Rubbish in Odessa Oblast, Ukraine in April. Litter like face masks, rubber gloves and hand sanitiser containers are common in the Covid-19 era (Credit: Getty Images)

It’s not only when or where people are littering that has shifted, but also what they’re littering. Gloves and masks are being chucked on the streets in Canada and in Wales, raising concerns that this could be an infection hazard in addition to being an environmental hazard.

Shadi Moqbel has also seen more PPE waste in Jordan. Moqbel, a civil engineer at the University of Jordan who researches waste, explains that some of the patterns we’re seeing with the Covid-19 pandemic aren’t new. “As a result of the pandemic, people tend to move towards using disposable items rather than regular reusable items. They don’t want to get sick from using or touching something that might be used by others… We have seen it in previous outbreaks”, such as H1N1 (swine flu). Then as well as now, people used more disposable plates and packaging material. And the closure of restaurants during the Covid-19 pandemic has led to a rise in food delivery and takeaway meals – which has meant more plastic packaging refuse.

Structural factors, short-term solutions

This is acute now because of the pandemic, but part of a larger historical trend towards disposability. Coode reports that along the Thames River in London, “the majority of the rubbish we’re finding is single-use plastic waste”. Likewise, in rural England, the main types of litter are fast-food packaging, confectionery wrappers and drinks bottles. Yet the move towards these types of portable, discardable packaging has been driven by manufacturers, who since World War Two have found it more profitable to produce single-use products compared to, for instance, the glass bottles that were previously used again and again.

Thus, some environmentalists argue that individual litterers aren’t the problem, and the system of disposability needs to be tackled at its root. But it will be very challenging to move away from lightweight plastic packaging, and the alternatives will have their own environmental trade-offs. Glass bottles require more energy to transport, for instance, and plastic wrap can help reduce food waste.

Building a culture of waste awareness also takes sustained governmental action, which has helped turn Taipei, Taiwan from a “garbage island” to a remarkably clean city. Paradoxically, this involved a reduction of public bins, and more focus on other forms of rubbish collection and disposal.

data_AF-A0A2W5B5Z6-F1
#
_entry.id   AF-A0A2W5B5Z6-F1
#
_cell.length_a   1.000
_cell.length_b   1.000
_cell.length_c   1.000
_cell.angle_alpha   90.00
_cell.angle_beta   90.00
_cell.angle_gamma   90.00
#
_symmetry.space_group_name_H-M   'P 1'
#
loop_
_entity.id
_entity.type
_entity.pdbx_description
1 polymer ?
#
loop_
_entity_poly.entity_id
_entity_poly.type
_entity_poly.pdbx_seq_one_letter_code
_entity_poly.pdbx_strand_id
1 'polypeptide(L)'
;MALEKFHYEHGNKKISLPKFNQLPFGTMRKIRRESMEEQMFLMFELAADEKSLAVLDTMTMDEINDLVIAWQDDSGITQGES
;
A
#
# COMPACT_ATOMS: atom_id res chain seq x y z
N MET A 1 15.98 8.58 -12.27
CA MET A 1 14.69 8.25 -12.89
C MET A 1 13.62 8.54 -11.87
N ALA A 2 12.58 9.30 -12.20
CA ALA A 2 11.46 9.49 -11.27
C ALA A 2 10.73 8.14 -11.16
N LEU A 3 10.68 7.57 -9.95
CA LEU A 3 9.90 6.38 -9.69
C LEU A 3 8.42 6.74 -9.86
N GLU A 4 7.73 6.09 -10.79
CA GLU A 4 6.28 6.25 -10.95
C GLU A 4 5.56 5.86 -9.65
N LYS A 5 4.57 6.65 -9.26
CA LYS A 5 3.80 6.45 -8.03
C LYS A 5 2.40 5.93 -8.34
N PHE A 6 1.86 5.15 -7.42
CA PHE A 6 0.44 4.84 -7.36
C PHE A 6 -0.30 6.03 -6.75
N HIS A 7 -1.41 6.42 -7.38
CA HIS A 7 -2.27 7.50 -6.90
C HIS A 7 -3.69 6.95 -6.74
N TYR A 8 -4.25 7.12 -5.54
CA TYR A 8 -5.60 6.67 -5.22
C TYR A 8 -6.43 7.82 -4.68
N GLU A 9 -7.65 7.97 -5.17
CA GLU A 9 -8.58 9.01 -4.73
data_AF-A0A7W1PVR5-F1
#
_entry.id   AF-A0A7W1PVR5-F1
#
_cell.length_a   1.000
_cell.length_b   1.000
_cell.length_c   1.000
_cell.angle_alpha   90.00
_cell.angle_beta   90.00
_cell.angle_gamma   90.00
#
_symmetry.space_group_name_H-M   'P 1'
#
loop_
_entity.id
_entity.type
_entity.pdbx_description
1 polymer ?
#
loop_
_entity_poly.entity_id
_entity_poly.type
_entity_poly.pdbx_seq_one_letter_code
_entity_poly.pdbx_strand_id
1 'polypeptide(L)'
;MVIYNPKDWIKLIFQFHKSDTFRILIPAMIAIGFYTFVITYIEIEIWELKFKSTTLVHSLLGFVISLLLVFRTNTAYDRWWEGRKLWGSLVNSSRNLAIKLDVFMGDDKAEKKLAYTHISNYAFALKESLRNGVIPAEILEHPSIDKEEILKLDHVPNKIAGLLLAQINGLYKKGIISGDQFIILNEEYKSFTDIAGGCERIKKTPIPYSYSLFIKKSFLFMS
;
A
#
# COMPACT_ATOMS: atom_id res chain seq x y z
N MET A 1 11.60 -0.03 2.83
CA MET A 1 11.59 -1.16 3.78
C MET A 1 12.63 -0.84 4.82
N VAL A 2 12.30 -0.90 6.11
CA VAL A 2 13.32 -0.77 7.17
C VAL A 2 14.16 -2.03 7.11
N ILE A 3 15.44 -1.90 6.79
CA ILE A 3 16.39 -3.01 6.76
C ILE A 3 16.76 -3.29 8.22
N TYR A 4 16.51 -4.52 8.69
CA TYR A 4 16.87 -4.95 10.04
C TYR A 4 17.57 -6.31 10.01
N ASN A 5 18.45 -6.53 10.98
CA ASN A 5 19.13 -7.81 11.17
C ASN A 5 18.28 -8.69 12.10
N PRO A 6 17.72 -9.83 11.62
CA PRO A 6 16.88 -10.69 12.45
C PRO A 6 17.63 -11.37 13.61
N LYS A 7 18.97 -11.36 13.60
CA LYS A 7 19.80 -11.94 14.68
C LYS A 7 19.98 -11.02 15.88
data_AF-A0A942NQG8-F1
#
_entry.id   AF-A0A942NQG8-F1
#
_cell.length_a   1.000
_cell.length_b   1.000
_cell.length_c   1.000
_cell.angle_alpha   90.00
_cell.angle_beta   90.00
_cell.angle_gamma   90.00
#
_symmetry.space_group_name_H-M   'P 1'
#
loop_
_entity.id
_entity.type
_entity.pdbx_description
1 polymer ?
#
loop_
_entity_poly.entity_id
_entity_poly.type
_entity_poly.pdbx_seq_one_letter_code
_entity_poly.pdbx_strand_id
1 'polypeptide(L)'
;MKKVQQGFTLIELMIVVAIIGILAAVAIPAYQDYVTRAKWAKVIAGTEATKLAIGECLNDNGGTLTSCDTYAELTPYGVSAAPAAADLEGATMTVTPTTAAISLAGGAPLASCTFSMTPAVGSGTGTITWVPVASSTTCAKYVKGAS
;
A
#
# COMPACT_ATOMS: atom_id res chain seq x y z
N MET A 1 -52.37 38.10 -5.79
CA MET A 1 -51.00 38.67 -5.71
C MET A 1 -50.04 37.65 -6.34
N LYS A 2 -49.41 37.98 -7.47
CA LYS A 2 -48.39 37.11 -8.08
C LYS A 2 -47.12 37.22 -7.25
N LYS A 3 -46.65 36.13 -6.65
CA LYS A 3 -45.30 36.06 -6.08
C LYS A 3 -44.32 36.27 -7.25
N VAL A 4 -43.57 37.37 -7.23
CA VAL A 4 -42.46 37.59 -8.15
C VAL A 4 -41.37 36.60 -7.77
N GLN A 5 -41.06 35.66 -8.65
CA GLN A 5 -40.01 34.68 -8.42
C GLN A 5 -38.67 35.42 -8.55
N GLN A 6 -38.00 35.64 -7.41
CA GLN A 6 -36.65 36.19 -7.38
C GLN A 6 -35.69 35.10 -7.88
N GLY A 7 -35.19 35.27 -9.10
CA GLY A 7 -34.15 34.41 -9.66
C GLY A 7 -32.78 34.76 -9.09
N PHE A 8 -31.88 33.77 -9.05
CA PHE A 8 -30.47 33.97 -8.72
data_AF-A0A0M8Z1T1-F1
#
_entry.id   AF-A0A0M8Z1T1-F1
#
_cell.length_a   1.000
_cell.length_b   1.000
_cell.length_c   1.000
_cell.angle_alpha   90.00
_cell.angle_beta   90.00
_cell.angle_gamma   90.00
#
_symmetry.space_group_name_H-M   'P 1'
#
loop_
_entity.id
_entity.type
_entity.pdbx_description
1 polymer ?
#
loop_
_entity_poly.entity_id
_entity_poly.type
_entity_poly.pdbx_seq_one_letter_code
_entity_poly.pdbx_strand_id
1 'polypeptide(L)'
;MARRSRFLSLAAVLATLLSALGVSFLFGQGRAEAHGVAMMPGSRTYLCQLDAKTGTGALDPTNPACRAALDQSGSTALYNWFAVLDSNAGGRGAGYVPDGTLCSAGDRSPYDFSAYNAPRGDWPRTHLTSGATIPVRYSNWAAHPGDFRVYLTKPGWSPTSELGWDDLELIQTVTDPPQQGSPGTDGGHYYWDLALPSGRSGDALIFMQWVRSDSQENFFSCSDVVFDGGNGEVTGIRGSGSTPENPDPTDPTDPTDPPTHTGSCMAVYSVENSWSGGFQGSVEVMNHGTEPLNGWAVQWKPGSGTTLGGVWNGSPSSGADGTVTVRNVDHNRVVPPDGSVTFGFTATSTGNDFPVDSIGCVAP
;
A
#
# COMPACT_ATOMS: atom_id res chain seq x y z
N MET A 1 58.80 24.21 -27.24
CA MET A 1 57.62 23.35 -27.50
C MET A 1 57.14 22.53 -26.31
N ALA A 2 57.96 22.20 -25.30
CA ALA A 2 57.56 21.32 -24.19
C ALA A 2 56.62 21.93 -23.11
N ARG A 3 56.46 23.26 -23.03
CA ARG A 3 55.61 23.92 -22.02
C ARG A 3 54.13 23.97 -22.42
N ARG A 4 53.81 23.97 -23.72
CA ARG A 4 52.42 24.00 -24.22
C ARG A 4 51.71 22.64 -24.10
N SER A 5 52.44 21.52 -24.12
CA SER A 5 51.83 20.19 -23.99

In the short term, however, that doesn’t help those of us whose blood begins to boil when we see cigarette butts and Styrofoam containers piled up next to an empty rubbish bin.

Cities have trialled a huge range of measures to reduce littering in the shorter term. As social marketer Yara Almosa and her colleagues at Australia’s Griffith University have enumerated, these range from eyes painted at eye level on walls (to give the impression that litterers are being watched) to fines, labels on disposable items, the wafting of pleasant scents, verbal appeals, information about how common littering is and special rubbish bins that are attention-grabbing or fun to use. One of the most effective tools is also the simplest: good old-fashioned social disapproval. So tsk-tsking, especially from a person in the same peer group as the litterer, can actually have an effect. Because we’re such social creatures when it comes to activities like littering, it’s useful to model responsible environmental behaviours.

Yet Thames21’s Coode calls for more understanding, especially during this difficult time. “You only see what’s left behind, you don’t see what’s taken away. It’s easy to be outraged,” he says, but “we are in a period of transition. It’s an effort for everybody to help. Some people need more help.”

But as coaching psychologist Palmer points out, in a world full of uncertainty, contributing to local cleanliness is an easy win: “At least litter is one thing we can all do something about.”